Like mother, like daughters.
Ten-year-old Malia Obama's dress on Election Night is causing its own mini-fashion frenzy.
The $110 red silk taffeta dress by Biscotti Inc. was on the brink of selling out at specialty stores around the country even before Malia wore it, said a representative of the Oakland, Calif.-based high-end children's brand.
The morning after brought mayhem.
"The stores were all calling, 'We need more; we need more,' " said Judy Beall, marketing manager for Biscotti. "We had no idea she was going to wear it. It was purchased at Nordstrom without any encouragement from us."
Initially, Biscotti said no more could be made, even as it scrambled to find more fabric. By this week, it had succeeded. About 150 more of the bubble-skirted dresses will be turned around in about two weeks, in time for renewed holiday demand.
Biscotti at first wasn't sure the Election Night dress was its design because—as with many of her mother's garments—Malia's dress was tweaked. Under what we're guessing was parental guidance, a sparkly rhinestone belt was replaced by a more subdued choice and a cardigan was worn over the spaghetti straps.
"Malia happens to be tall for her age. She wears sizes typical of a 13-year-old," said David Shelist, owner of Madison and Friends children's clothing store at 43 E. Oak St., where some of the Obama girls' Election Night accessories, including opaque tights, were purchased. "That makes it a little more of a challenge to dress her looking her age. Whoever's dressing her is doing a fabulous job keeping her looking young."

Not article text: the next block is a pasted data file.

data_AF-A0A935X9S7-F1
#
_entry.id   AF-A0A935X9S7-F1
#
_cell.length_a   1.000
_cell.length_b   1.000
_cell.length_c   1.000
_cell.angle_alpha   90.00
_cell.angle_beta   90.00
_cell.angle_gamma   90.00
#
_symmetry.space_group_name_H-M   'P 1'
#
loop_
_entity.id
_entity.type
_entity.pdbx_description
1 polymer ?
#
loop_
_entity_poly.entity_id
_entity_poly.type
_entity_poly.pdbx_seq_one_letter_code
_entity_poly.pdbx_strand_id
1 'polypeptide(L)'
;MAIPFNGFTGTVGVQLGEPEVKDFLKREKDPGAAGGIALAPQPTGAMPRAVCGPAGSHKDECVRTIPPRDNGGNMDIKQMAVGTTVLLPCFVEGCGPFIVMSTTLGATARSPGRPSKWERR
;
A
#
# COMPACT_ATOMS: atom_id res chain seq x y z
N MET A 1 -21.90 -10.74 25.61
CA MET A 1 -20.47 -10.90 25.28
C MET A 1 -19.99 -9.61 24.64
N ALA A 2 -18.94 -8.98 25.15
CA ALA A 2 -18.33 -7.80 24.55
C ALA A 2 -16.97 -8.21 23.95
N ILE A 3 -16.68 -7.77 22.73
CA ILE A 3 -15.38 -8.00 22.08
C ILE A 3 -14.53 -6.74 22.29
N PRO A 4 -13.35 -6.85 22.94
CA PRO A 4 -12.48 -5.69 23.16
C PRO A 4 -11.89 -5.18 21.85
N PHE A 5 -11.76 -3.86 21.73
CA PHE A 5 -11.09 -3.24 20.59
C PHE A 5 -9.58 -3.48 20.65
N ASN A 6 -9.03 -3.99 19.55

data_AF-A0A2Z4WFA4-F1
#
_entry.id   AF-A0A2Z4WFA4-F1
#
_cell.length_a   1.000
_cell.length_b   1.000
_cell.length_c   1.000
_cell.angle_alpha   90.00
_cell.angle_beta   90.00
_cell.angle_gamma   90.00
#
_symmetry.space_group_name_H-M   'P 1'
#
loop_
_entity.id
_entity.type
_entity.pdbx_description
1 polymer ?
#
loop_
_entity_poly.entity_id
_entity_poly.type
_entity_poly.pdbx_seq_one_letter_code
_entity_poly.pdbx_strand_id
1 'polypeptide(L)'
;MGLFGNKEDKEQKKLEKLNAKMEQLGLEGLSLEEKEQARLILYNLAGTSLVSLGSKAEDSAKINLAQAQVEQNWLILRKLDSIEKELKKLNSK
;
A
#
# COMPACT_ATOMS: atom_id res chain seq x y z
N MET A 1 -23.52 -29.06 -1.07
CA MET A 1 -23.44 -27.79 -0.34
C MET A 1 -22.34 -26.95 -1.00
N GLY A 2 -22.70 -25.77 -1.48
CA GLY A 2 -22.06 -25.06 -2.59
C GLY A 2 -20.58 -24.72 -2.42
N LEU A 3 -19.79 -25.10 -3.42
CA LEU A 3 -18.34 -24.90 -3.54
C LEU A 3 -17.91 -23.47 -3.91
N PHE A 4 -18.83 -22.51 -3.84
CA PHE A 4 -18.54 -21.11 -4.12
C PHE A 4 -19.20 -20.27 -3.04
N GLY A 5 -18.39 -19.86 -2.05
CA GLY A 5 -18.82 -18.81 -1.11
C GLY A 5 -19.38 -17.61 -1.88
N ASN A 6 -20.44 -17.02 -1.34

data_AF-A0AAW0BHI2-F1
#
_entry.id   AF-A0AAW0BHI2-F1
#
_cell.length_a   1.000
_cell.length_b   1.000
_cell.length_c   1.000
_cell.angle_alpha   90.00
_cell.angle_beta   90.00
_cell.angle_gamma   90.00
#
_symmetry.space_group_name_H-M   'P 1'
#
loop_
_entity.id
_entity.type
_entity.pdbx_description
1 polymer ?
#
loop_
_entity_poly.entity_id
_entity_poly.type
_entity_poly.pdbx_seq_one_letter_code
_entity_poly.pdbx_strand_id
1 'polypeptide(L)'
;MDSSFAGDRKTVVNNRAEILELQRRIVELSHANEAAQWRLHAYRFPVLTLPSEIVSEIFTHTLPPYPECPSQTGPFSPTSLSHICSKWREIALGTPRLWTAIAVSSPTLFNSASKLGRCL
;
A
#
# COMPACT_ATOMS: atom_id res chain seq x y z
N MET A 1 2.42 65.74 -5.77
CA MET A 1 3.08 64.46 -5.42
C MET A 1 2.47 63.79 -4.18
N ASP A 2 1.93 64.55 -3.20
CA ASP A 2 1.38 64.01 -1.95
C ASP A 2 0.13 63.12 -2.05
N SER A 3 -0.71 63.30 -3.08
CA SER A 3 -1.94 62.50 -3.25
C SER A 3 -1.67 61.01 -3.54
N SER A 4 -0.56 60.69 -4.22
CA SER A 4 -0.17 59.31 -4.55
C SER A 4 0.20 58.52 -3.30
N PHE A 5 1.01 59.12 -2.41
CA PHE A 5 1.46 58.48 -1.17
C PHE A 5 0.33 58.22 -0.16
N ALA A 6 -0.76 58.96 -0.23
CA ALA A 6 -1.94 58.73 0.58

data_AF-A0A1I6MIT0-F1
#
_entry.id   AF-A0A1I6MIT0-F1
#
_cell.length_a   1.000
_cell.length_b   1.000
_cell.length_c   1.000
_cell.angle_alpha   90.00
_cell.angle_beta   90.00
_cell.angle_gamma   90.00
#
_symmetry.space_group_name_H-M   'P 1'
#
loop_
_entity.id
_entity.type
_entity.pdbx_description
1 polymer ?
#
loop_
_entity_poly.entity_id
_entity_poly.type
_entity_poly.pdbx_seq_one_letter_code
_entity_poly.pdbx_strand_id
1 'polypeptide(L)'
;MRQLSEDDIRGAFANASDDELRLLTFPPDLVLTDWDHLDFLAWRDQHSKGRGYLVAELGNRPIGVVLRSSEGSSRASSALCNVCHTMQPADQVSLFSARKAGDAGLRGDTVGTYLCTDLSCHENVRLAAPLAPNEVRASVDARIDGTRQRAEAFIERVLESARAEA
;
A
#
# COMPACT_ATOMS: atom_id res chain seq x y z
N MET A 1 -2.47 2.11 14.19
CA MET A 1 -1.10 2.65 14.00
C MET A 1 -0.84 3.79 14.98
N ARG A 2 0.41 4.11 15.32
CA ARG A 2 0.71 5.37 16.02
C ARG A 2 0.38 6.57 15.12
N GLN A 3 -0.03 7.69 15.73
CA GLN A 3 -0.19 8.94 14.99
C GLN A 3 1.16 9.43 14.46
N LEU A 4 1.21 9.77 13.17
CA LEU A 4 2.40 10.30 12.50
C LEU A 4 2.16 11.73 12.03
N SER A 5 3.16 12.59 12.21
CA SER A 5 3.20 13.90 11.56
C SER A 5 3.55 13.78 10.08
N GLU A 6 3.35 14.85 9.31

On the Wall Street Journal Web site, a blog posting last week about the red dress had generated 25 pages of comments as of Wednesday morning. Some were critical: "So does this mean Obama is going to add an extra $110 tax credit to each child so we can buy them designer clothes that they will outgrow in a year?" Others supportive: "If a party for winning the presidency of the United States of America isn't an occasion to dress one's daughter in a fashionable dress, what is?"
Meantime, Gerson & Gerson Inc. also has sold out of its $72 little black dress, under the label Iris & Ivy, worn by 7-year-old Sasha Obama on Election Night. Buzz has been more modest; the dark dress was less attention-getting. Even so, for spring, Gerson & Gerson plans to retool the style and to name it: "Sasha."
A note: Several e-mails responding to a story about Michelle Obama's style in Wednesday's Live! section paper asked who foots the bill for the Obamas' clothing purchases. By all accounts, they pay for them out of personal finances, not campaign finances or other outside sources. "The Obamas pay for their own clothes," reaffirmed Katie McCormick Lelyveld, communications director for Michelle Obama, on Wednesday. Other questions? E-mail wdonahue@ tribune.comCopyright © 2015, CT Now